in the past year because of those chemicals and two more plan
Last week, the Delta Stewardship Council held a public hearing
to review proposed changes to how spending decisions on the
maintenance of Delta levees are made, and the plan — known as
the Delta Levee Investment Strategy — has drawn criticism from
After decades of costly floods — and 65 years after Congress
first approved it — construction on Santa Clara Valley Water
District’s flood control project along the Upper Llagas Creek,
is finally happening.
When California voters legalized cannabis in 2016, supporters
of Proposition 64 hoped it would significantly reduce the
scourge of black market weed cultivation, particularly on
public lands. Yet nearly two years later, illegal marijuana
grows are still rampant across wide swaths of the national
forests in California, leaving behind a trail of garbage, human
waste, dead animals and caustic chemicals.
A major oil spill in one of the nation’s most economically
important waterways could become more likely unless a plan to
dredge two San Francisco Bay channels less frequently is
reconsidered, lawyers for the state of California and a
conservation group argued in court Wednesday.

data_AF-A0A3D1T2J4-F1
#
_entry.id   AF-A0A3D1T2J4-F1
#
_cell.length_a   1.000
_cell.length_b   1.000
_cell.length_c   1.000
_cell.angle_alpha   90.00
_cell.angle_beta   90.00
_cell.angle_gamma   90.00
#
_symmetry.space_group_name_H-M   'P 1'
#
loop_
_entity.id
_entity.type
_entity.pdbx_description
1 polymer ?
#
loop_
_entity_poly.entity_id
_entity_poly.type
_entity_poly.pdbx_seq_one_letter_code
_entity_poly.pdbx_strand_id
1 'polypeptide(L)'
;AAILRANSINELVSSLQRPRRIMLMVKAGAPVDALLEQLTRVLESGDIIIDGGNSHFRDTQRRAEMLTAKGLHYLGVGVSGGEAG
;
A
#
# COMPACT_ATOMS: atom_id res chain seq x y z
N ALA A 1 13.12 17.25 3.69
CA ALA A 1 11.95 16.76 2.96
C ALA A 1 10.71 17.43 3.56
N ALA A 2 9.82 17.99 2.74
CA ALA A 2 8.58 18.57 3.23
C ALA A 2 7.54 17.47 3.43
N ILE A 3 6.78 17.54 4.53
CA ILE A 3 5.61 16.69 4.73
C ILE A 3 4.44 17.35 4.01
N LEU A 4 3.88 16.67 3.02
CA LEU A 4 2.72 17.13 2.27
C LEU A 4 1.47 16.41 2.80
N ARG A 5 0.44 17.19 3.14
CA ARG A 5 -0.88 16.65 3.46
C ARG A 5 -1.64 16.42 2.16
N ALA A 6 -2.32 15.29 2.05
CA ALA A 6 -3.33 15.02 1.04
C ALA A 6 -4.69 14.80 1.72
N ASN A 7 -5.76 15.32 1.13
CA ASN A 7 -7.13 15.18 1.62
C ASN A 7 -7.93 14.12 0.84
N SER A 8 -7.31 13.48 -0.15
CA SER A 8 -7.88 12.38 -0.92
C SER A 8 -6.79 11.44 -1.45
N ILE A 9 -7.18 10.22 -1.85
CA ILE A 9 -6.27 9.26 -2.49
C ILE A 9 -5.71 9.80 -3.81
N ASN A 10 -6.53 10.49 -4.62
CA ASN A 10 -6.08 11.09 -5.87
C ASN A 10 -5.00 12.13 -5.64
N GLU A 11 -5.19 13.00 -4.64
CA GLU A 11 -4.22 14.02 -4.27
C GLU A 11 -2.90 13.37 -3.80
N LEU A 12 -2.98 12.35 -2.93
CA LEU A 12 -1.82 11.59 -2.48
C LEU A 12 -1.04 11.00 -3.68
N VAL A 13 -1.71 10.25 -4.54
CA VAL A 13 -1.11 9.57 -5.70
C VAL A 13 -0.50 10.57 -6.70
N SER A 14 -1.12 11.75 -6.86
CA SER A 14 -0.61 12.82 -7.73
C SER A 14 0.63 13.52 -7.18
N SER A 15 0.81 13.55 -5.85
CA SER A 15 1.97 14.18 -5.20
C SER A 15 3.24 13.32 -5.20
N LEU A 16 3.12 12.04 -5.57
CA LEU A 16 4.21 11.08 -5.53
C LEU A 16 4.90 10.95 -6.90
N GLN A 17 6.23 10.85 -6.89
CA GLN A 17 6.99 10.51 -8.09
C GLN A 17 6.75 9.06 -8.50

At the 2019 California Water Law Symposium, Professor Dave Owen
from UC Hastings gave the following overview presentation of
California water rights, including types of water rights,
governing agencies, and sources of regulatory authority, as
well as a brief overview of the 2014 Sustainable Groundwater
Critics say the plan, out for public comment through Sept. 25
before final adoption by the Utah Division of Water Resources,
goes too easy on the surging St. George metro area, where daily
per-capita water use exceeds 300 gallons — a high number some
officials say is deceiving. The plan looks for a 16% reduction
averaged across the state by 2030 and up to 20% in much of
The Paso Robles groundwater basin is one of three basins in the
state chosen to participate in a Stanford University study that